The Weirdest Drinking Laws from Around the World

Weird laws about drinking are a worldwide phenomenon: international alcohol laws are sometimes pretty out there and America has some truly strange regulations on the books as well. Alcohol laws from around the world can govern anything from how much wine a married woman can drink to penalties for DUI, and importing wine from province to province. Many are arcane, and others barely enforced, but if you're going out of the country, you'll want to do a quick check for their drinking laws.

In the US, you might want to do the same thing. Planning on a happy hour out of state? Better check if it's legal. Smitten with your bartender in Nebraska? Hanky panky with them is out of the question. Want to buy pretty much any alcohol in Pennsylvania? You'd better have a copy of the civil code with you, because it's insanely complex.

Some of these weird drinking laws and funny laws about alcohol are just plain silly, others are well-intentioned, and some are just relics of a bygone era.

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  • 1
    278 VOTES

    Texas: You Can't Chug A Beer While Standing

    A long-forgotten law in Texas says it's illegal to take more than three sips of beer at one time while standing. Needless to say, this is a difficult law to enforce.

  • 2
    313 VOTES

    Utah: Some Restaurants Must Pour Drinks Behind A Screen

    Mormon-dominated Utah has long had complicated liquor laws. In fact, until 2009, bars had to operate as private clubs that charged membership fees. Those laws were repealed, but many restaurants now have to pour drinks behind an opaque pane of glass, so as to not tempt teetotalers and children. These so-called "Zion curtains" used to be more common, though the laws have relaxed a bit.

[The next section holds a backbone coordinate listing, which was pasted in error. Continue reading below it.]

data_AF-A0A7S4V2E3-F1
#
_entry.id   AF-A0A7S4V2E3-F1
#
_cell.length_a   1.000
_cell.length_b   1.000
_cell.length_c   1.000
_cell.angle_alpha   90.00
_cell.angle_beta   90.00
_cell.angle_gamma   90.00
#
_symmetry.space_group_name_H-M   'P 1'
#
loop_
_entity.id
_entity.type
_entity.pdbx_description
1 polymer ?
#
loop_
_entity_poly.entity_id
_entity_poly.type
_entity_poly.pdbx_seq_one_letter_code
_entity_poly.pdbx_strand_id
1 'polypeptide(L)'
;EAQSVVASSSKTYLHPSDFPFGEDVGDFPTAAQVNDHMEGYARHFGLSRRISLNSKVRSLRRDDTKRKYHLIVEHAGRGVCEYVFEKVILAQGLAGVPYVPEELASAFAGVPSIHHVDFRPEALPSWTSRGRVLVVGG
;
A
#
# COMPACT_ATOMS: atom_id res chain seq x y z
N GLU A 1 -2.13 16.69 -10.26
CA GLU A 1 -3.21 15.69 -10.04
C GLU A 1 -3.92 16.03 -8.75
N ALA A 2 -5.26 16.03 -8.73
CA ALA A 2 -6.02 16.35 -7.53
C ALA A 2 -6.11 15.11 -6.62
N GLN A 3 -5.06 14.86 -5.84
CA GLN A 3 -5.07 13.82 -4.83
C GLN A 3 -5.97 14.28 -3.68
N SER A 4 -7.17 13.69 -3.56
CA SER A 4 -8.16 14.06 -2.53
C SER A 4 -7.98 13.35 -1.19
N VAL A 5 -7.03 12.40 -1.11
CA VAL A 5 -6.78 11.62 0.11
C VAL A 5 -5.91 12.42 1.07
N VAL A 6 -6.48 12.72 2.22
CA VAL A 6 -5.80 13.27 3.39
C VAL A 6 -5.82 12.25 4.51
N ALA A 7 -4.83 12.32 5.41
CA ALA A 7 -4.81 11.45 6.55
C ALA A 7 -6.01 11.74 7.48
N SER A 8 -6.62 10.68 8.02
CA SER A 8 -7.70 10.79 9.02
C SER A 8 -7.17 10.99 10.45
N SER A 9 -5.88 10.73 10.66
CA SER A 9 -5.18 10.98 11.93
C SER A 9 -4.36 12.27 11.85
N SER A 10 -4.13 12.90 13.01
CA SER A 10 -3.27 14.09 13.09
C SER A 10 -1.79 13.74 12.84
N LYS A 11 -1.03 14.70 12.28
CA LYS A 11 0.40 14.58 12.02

• 3
    150 VOTES

    Bolivia: Married Women Are Allowed Just One Drink

    By law, married women in La Paz, Bolivia, are allowed to enjoy just one glass of wine in a public bar or restaurant. The statute claims that women who have more than that to drink are “morally and ­sexually lax,” and they can be legally divorced by their husbands if they are caught over-indulging.

    In practice, this law is rarely enforced.

  • 4
    216 VOTES

    Pennsylvania: The Laws Are Complicated

    If you want to throw a party in the Keystone State, get ready to work for it. The state has both state-run liquor stores called "Fine Wine and Good Spirits" and privately owned beer stores (distributors). You can't get one at the other. Wine and liquor prices must remain the same everywhere in the state, and while wine can be bought in winery storefronts, it can't be bought in supermarkets.

    When you go to the beer distributor you can only buy kegs or cases, not six-packs or large bottles.
    To get smaller quantities, you have to go to a bar, bottle shop or grocery store - but only those with a special license, and only in separated areas with seating. You can’t buy more than 192 ounces of beer at a bar or bottle shop, and each type of store has very particular hours and days they're open. It wasn't until the governor pleaded with the Liquor Control Board to "free the six-pack" that gas stations were allowed to sell beer - but only nine.
  • 5
    179 VOTES

    Idaho: Drinking And Racy Movies Don't Mix

    Idaho passed a law in 2000 prohibiting movie theaters from selling alcohol during movies that depict sex. While such a law seems like the kind of thing that would rarely, if ever, be enforced, it actually is. As recently as 2015, two undercover Idaho State Police officers busted a theater for serving drinks to customers in its VIP section during a screening of Fifty Shades of Grey.

    The theater owners turned around sued the state police, citing a similar law that California had which was overturned on First Amendment grounds.

  • 6
    225 VOTES

    Scotland: Wearing Underwear Under A Kilt Will Cost You Two Beers

    A law supposedly on the books in Scotland says that any Scottish gentleman found to be wearing underwear under his kilt will be fined two beers. It's likely that this law doesn't actually exist, and if it does, it's never been enforced.